Ghost Kitchen: How Restaurants are Leaving the Storefront Behind

Retail went online in the late 1990s. Cut to 2019 – online shopping is one of the major segments of the market.

There’s no way that the restaurant industry was going to stay away from this trend.

In fact, according to Bloomberg, the restaurant industry’s online ordering and food delivery arm is expected to reach $74 billion worldwide by 2020. This proves that consumer preferences for on-demand and convenient eating experiences is huge.

What are Ghost Kitchens?

A ghost kitchen is a restaurant that exists only online, without an actual storefront for guests to visit. They run on online ordering and delivery.

To avoid high real-estate prices and huge overhead costs, ghost restaurants have come up as a rescue for restaurants that want to sell quality food but don’t want huge expenses.

For instance, instead of paying anywhere between $200,000-$500,000 upfront for a new restaurant, you pay between $20,000-$24,000 (as 1-month rent and a one-time security deposit).

Even the staff costs are reduced as you do not need any customer-facing staff members, just the chefs, operations manager, and cleaners.

Find a full cost breakdown of opening up a ghost kitchen further in this blog post.

These cost reductions also help in pricing the menu reasonably for customers. Let’s have a look at how the concept of taking your restaurants virtual first emerged.

How did Ghost Restaurants emerge?

The name Green Summit Group is most commonly associated with the ghost kitchen movement is in the US. Launched in 2013, Green Summit decided to cut out the dining room and tap directly into the restaurant delivery trend. Pioneering the “ghost” restaurant concept, it opened three kitchens in New York and a plethora of online brands. Green Summit has raised $3.6 million since its launch and is projecting about $18 million in sales this year across all of its locations.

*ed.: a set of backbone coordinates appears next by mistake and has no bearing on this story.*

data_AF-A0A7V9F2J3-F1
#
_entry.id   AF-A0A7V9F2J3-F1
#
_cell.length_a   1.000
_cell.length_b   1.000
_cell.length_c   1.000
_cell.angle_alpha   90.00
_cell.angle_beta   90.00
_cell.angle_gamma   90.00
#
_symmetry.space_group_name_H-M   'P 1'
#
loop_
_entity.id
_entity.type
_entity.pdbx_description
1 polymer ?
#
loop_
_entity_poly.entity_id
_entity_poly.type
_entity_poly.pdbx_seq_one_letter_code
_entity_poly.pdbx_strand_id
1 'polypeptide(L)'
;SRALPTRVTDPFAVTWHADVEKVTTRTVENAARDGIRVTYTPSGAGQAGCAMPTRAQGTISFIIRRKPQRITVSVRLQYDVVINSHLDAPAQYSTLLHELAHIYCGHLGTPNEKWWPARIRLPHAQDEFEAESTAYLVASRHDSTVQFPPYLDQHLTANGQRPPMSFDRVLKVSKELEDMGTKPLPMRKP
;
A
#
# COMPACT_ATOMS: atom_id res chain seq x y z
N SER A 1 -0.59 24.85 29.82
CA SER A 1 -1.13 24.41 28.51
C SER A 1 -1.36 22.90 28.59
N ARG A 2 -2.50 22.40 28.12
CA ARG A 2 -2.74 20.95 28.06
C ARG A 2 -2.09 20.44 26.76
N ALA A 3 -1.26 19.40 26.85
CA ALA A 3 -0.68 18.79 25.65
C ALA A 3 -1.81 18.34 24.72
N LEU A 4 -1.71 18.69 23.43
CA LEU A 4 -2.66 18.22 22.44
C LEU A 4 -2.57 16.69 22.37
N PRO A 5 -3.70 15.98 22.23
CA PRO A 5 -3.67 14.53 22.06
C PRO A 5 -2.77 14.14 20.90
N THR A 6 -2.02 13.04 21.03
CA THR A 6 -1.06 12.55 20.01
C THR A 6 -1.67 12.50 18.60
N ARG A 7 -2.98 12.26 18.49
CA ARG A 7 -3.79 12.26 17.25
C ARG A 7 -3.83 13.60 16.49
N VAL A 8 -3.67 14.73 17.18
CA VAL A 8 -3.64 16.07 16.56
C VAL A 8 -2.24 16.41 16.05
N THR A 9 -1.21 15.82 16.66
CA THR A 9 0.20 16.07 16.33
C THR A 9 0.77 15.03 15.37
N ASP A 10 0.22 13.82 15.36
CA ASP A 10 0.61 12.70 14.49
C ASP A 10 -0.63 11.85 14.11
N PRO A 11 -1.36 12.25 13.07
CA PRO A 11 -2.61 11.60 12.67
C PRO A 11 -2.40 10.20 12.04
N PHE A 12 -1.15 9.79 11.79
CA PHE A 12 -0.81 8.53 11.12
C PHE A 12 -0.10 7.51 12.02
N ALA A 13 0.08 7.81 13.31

Ghost kitchen - Grind
Grind – one of Green Summit’s restaurant brand

Now platforms like Uber Eats, Deliveroo and companies like Kitchen United are offering different services to make the ghost kitchen model successful.
In fact, in an interview, Michael Ronen, managing partner at SoftBank Investment Advisers said –

“The success of Uber Eats, DoorDash and others suggests there is a demographic shift towards the consumption of prepared meals at home. The time is now to try and stand up supply that is more efficient against that demand.”

Different Ghost Kitchen models

The Green Summit Model – Individual restaurant brands, same kitchen, no storefront.

This is the original ghost kitchen model which was started by Green Summit in 2013. It covers a variety of cuisines and menus under different brand names but from the same kitchen. This was the first time the concept of a virtual restaurant with no storefront was tested in the US.

How it works

  1. Orders come from online sources
  2. Single kitchen, multiple brands
  3. Each brand specialized in a cuisine
  4. Delivery only
  5. A mix of aggregator dependency and self-reliance for orders and deliveries
The Kitchen United Model – Many restaurants, one roof. Kitchen on rent.

In this model, Kitchen United charges a monthly membership fee that includes the premises, back-of-house services such as dishwashing and access to its technology system for processing online orders from a range of delivery apps. So the restaurant should focus on can focus on its food the most.